The History Behind Victory Day in Russia

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Victory Day is always a big holiday in Russia: It marks the Soviet Union’s victory over Nazi Germany in World War II, a conflict during which more than 8 million Soviet soldiers died.

But this year, as Russia’s war on Ukraine continues, the day will take on new meaning. Since Russia invaded Ukraine on Feb. 24, there’s been speculation about whether Victory Day will mark a turning point in the war that has already killed thousands and forced millions to flee from their homes.

In March, the Kyiv Independent reported that Russian troops were being told the war must end by May 9, while more recently, U.S. and western officials have openly wondered if Russia will officially declare war on May 9, escalating what Russian President Vladimir Putin has insisted is merely a “special military operation.” But on May 1, Russia’s foreign minister Sergei Lavrov said, “Our military will not artificially adjust their actions to any date, including Victory Day,” the Moscow Times reported.

“We will solemnly celebrate May 9, as we always do,” Lavrov continued. “Remember those who fell for the liberation of Russia and other republics of the former U.S.S.R., for the liberation of Europe from the Nazi plague.”

World War II has shaped Putin’s approach to the Russia-Ukraine war; In justifying the invasion of Ukraine, he claimed he had set out to “denazify” the country—a phrase that many pundits noted is inaccurate in this context given Ukraine has a Jewish President.

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World War II has always been central to the Russian state’s approach to telling the country’s history. While the Allies marked May 7 as “V-E Day”—Victory in Europe Day—to commemorate the Nazis surrendering in Reims, France, Soviet leader Joseph Stalin wanted to wait to celebrate until the Nazis surrendered in Soviet-controlled Berlin the next day. By the time the text was signed late at night, it was already May 9 on Moscow time.

As TIME has previously reported, in the 1960s Soviet leader Leonid Brezhnev made May 9 a national holiday, complete with military parades. Russia’s first post-Soviet President Boris Yeltsin turned those into an annual tradition; under Putin, hundreds of thousands of spectators have gathered to watch military personnel march alongside tanks and missiles. Billboards and buses have featured posters of Stalin for Victory Day. Tens of millions of Russian citizens have marched in Moscow carrying portraits of relatives who died in World War II. Ivan I. Kurilla, a professor at the European University of St. Petersburg, told the New York Times in 2018 that acknowledgement of family sacrifices during the war “is probably the only social glue to form a single society” in Russia.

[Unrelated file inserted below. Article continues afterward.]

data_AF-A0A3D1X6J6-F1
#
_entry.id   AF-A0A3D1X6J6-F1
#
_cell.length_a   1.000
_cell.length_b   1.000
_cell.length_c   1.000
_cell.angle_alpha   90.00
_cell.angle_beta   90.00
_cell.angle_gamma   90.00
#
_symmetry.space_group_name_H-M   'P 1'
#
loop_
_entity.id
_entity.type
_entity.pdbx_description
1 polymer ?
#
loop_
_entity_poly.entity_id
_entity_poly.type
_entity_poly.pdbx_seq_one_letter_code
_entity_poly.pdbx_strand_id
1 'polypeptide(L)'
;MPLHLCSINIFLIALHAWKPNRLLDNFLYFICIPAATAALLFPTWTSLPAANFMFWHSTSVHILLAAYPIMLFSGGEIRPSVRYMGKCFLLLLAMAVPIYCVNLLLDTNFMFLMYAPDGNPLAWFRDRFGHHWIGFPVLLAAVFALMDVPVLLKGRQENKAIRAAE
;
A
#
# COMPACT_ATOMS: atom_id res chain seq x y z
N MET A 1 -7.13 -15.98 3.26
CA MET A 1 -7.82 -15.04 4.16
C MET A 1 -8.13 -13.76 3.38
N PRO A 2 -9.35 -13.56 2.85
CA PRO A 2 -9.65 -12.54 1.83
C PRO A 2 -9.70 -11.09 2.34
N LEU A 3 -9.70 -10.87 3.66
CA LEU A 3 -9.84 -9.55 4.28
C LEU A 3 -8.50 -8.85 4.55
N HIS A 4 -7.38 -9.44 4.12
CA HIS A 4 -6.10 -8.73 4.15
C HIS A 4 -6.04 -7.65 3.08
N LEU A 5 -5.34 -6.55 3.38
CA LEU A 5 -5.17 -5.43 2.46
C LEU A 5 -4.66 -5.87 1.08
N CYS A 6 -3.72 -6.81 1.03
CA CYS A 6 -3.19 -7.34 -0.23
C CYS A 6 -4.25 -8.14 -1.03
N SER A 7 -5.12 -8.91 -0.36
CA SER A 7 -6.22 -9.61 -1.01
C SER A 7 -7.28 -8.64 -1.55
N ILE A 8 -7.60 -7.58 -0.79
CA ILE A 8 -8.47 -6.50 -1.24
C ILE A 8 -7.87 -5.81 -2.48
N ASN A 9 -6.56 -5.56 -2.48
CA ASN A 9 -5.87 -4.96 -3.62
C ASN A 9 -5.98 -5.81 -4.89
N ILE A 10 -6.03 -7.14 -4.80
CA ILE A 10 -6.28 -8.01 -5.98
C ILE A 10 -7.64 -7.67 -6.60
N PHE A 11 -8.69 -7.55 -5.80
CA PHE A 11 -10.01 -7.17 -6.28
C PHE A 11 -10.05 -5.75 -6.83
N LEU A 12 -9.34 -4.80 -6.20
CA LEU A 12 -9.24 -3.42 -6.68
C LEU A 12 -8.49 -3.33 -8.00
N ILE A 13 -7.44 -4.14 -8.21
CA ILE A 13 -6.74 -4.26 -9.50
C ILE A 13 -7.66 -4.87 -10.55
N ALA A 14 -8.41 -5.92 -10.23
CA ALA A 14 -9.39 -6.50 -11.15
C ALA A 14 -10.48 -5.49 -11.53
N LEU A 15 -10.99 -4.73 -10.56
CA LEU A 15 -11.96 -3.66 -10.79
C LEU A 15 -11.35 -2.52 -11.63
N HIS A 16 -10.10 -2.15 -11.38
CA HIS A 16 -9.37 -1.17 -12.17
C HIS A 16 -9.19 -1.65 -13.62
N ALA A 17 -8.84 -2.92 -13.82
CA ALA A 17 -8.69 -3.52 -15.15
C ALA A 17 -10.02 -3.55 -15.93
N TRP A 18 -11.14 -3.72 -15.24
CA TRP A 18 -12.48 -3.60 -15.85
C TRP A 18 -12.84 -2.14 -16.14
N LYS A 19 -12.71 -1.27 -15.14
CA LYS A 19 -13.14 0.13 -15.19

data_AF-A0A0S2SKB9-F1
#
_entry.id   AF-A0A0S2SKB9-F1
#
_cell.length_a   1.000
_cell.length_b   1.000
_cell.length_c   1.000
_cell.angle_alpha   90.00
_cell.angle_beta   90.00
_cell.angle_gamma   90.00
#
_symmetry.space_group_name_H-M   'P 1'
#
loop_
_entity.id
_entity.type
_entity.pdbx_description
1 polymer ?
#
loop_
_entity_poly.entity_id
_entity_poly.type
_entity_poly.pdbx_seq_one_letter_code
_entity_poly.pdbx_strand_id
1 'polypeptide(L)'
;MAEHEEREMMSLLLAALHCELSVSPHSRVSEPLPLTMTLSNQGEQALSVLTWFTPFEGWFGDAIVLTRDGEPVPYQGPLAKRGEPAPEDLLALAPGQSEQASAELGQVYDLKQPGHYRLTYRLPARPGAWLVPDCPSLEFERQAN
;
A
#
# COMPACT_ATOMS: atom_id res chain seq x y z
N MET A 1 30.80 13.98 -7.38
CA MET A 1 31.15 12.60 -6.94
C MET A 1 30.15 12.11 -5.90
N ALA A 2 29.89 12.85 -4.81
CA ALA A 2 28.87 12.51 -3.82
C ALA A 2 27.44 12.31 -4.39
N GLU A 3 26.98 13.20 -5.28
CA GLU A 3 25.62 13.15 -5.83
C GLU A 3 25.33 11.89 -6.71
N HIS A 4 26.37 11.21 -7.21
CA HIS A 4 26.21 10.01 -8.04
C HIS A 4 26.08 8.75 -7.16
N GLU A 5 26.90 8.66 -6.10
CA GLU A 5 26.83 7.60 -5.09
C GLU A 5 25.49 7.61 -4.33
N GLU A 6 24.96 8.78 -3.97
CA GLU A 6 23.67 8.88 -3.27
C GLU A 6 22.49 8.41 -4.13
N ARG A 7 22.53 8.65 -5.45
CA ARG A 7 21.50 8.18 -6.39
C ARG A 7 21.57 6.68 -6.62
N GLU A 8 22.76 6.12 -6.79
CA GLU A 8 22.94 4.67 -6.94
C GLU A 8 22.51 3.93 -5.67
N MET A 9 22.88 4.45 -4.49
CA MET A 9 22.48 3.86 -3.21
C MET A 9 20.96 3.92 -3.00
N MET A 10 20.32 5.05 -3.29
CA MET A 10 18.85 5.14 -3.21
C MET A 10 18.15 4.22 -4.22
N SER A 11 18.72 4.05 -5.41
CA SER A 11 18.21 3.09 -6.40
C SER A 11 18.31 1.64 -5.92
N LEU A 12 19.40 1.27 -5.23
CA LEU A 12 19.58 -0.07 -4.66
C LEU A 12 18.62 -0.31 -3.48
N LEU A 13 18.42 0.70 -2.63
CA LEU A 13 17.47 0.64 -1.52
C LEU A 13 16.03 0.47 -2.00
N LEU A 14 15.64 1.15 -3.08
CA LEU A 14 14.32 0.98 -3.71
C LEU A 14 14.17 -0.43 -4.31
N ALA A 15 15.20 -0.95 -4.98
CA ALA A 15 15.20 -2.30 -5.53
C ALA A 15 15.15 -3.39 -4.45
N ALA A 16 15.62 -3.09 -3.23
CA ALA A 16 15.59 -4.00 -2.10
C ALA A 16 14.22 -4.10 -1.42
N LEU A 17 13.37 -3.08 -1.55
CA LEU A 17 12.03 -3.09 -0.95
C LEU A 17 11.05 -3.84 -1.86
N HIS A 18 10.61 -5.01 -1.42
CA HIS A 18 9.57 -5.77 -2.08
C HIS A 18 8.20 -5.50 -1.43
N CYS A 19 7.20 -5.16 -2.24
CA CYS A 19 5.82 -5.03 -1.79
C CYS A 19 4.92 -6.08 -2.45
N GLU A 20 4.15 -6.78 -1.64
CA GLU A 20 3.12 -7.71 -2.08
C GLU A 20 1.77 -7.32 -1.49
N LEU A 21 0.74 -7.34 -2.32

But scholars say that often lost in the Victory Day celebrations are hard truths about what Russia’s victory in the war really meant. “The Stalin regime was almost as criminal as the Hitler regime,” scholar Nikolay Koposov stated in a Wilson Center webcast in 2020, “and most Russians do not realize that the war was not for their freedoms but was largely a battle between the two dictators.”

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Pundits in Russia have pointed out that Victory Day has also become about more than just celebrating Russia’s military achievements in the past; it’s very much about galvanizing support for Russia in the present and showing off the strength of Russia’s military forces.

Journalist Andrei Kolesnikov wrote in a 2017 article about the modern-day significance of Victory Day that it’s “central” to Putin’s view of Russian history, and “the Great Patriotic War” has become his nickname for World War II. “The current regime, which calls itself the sole heir of this victory, uses this achievement to make itself immune to criticism on other issues while justifying its current militarization efforts and excessive state interference in all aspects of life,” Kolesnikov wrote. “In its official conception, Russia’s commemoration of Victory Day in 1945 is only formally an occasion for collectively mourning for Russia’s war dead. It has turned instead into an instrument for providing support to the most militarized, bellicose kind of Russian leader.”

In the walk-up to Victory Day this year, the United Nations says that the Russia-Ukraine war has displaced more than 5 million Ukrainians so far—and projects it will displace more than 8 million before it’s done.

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